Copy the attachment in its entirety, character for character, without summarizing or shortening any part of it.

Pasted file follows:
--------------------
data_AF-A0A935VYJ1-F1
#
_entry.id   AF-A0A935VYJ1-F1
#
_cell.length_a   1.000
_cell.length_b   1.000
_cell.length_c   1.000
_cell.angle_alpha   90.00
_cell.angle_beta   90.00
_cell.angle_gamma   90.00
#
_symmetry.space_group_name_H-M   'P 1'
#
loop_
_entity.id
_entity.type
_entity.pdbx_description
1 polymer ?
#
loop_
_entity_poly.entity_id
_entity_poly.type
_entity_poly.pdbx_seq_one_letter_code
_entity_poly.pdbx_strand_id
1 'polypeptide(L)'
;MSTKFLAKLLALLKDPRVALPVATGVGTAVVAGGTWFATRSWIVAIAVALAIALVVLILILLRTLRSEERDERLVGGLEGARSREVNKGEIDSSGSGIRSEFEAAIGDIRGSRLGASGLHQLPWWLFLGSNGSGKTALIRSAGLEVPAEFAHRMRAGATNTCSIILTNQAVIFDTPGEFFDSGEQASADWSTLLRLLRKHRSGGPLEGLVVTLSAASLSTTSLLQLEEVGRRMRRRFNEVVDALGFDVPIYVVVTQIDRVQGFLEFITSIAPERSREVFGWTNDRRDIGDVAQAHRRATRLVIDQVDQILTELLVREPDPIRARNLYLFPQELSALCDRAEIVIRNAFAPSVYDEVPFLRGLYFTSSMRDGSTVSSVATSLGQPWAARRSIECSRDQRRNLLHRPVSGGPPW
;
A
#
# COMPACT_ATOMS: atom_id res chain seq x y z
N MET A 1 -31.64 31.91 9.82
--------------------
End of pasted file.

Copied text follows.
data_AF-A0A935VYJ1-F1
#
_entry.id   AF-A0A935VYJ1-F1
#
_cell.length_a   1.000
_cell.length_b   1.000
_cell.length_c   1.000
_cell.angle_alpha   90.00
_cell.angle_beta   90.00
_cell.angle_gamma   90.00
#
_symmetry.space_group_name_H-M   'P 1'
#
loop_
_entity.id
_entity.type
_entity.pdbx_description
1 polymer ?
#
loop_
_entity_poly.entity_id
_entity_poly.type
_entity_poly.pdbx_seq_one_letter_code
_entity_poly.pdbx_strand_id
1 'polypeptide(L)'
;MSTKFLAKLLALLKDPRVALPVATGVGTAVVAGGTWFATRSWIVAIAVALAIALVVLILILLRTLRSEERDERLVGGLEGARSREVNKGEIDSSGSGIRSEFEAAIGDIRGSRLGASGLHQLPWWLFLGSNGSGKTALIRSAGLEVPAEFAHRMRAGATNTCSIILTNQAVIFDTPGEFFDSGEQASADWSTLLRLLRKHRSGGPLEGLVVTLSAASLSTTSLLQLEEVGRRMRRRFNEVVDALGFDVPIYVVVTQIDRVQGFLEFITSIAPERSREVFGWTNDRRDIGDVAQAHRRATRLVIDQVDQILTELLVREPDPIRARNLYLFPQELSALCDRAEIVIRNAFAPSVYDEVPFLRGLYFTSSMRDGSTVSSVATSLGQPWAARRSIECSRDQRRNLLHRPVSGGPPW
;
A
#
# COMPACT_ATOMS: atom_id res chain seq x y z
N MET A 1 -31.64 31.91 9.82